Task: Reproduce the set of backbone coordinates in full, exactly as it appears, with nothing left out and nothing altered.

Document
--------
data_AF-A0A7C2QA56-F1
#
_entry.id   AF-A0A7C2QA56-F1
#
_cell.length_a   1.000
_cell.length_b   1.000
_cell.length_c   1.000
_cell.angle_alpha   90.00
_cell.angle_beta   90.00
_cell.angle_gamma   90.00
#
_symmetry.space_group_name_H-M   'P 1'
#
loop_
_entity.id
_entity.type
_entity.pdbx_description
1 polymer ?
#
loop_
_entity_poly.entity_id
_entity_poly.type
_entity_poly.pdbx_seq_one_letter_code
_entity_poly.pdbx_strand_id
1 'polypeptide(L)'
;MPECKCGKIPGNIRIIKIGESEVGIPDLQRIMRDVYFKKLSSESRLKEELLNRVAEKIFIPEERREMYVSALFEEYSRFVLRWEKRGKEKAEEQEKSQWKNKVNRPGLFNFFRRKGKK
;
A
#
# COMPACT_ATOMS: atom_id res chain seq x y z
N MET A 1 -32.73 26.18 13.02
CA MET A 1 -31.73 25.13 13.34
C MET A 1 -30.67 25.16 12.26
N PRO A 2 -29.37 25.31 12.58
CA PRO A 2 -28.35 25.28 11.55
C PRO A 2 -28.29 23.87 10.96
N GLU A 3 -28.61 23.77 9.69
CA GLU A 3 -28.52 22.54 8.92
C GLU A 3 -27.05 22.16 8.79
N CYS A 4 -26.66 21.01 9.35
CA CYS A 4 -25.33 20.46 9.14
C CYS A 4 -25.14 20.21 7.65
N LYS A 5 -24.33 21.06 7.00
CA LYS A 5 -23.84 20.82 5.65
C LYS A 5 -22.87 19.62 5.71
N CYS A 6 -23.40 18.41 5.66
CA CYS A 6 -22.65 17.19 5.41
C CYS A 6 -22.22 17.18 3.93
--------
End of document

data_AF-A0A7C2QA56-F1
#
_entry.id   AF-A0A7C2QA56-F1
#
_cell.length_a   1.000
_cell.length_b   1.000
_cell.length_c   1.000
_cell.angle_alpha   90.00
_cell.angle_beta   90.00
_cell.angle_gamma   90.00
#
_symmetry.space_group_name_H-M   'P 1'
#
loop_
_entity.id
_entity.type
_entity.pdbx_description
1 polymer ?
#
loop_
_entity_poly.entity_id
_entity_poly.type
_entity_poly.pdbx_seq_one_letter_code
_entity_poly.pdbx_strand_id
1 'polypeptide(L)'
;MPECKCGKIPGNIRIIKIGESEVGIPDLQRIMRDVYFKKLSSESRLKEELLNRVAEKIFIPEERREMYVSALFEEYSRFVLRWEKRGKEKAEEQEKSQWKNKVNRPGLFNFFRRKGKK
;
A
#
# COMPACT_ATOMS: atom_id res chain seq x y z
N MET A 1 -32.73 26.18 13.02
CA MET A 1 -31.73 25.13 13.34
C MET A 1 -30.67 25.16 12.26
N PRO A 2 -29.37 25.31 12.58
CA PRO A 2 -28.35 25.28 11.55
C PRO A 2 -28.29 23.87 10.96
N GLU A 3 -28.61 23.77 9.69
CA GLU A 3 -28.52 22.54 8.92
C GLU A 3 -27.05 22.16 8.79
N CYS A 4 -26.66 21.01 9.35
CA CYS A 4 -25.33 20.46 9.14
C CYS A 4 -25.14 20.21 7.65
N LYS A 5 -24.33 21.06 7.00
CA LYS A 5 -23.84 20.82 5.65
C LYS A 5 -22.87 19.62 5.71
N CYS A 6 -23.40 18.41 5.66
CA CYS A 6 -22.65 17.19 5.41
C CYS A 6 -22.22 17.18 3.93